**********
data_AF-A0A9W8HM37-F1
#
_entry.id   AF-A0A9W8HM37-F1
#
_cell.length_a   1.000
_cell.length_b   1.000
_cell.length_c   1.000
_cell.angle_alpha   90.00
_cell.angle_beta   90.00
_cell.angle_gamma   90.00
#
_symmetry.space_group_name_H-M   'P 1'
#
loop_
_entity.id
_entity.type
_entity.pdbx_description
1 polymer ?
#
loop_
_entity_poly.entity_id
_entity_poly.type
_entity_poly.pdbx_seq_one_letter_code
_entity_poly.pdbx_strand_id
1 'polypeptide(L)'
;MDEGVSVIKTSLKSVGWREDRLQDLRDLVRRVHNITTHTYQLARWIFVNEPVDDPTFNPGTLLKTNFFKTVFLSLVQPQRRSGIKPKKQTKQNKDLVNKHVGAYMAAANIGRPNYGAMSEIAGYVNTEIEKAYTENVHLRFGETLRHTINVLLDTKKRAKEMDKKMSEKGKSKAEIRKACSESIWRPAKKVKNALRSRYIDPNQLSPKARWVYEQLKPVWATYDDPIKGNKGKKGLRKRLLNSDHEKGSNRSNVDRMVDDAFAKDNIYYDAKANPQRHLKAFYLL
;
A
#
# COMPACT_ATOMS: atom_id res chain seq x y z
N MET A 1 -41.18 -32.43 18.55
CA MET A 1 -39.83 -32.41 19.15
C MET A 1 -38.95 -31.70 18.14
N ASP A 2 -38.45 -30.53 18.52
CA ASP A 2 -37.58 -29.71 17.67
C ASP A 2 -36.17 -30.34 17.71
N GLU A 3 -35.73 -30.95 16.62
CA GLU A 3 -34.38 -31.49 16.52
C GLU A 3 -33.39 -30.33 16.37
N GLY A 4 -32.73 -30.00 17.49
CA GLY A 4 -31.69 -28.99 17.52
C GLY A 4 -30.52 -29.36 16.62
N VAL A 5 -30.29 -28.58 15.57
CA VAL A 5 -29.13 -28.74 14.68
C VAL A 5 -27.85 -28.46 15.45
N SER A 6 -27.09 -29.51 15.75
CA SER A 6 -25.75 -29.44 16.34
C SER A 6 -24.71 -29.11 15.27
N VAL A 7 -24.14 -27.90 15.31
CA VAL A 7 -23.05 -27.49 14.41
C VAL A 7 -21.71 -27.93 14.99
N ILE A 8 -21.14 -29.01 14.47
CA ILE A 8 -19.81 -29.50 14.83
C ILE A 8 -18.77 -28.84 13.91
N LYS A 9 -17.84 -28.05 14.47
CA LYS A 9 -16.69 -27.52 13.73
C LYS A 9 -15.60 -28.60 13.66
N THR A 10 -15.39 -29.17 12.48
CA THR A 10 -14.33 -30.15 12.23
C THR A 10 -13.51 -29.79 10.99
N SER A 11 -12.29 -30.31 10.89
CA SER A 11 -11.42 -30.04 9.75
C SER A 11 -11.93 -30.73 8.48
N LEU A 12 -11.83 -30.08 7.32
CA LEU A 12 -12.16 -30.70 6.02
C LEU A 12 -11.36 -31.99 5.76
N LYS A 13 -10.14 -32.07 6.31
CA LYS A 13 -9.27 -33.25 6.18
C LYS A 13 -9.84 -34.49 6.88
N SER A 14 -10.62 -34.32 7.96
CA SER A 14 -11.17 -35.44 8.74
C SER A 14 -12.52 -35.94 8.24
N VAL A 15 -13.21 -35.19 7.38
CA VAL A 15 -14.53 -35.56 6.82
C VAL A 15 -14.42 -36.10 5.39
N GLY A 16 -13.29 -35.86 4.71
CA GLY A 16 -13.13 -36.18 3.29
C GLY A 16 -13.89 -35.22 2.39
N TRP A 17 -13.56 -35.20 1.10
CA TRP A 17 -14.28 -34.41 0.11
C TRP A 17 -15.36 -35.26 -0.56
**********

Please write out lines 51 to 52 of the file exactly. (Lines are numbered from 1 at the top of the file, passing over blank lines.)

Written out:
C VAL A 7 -21.71 -27.93 14.99
N ILE A 8 -21.14 -29.01 14.47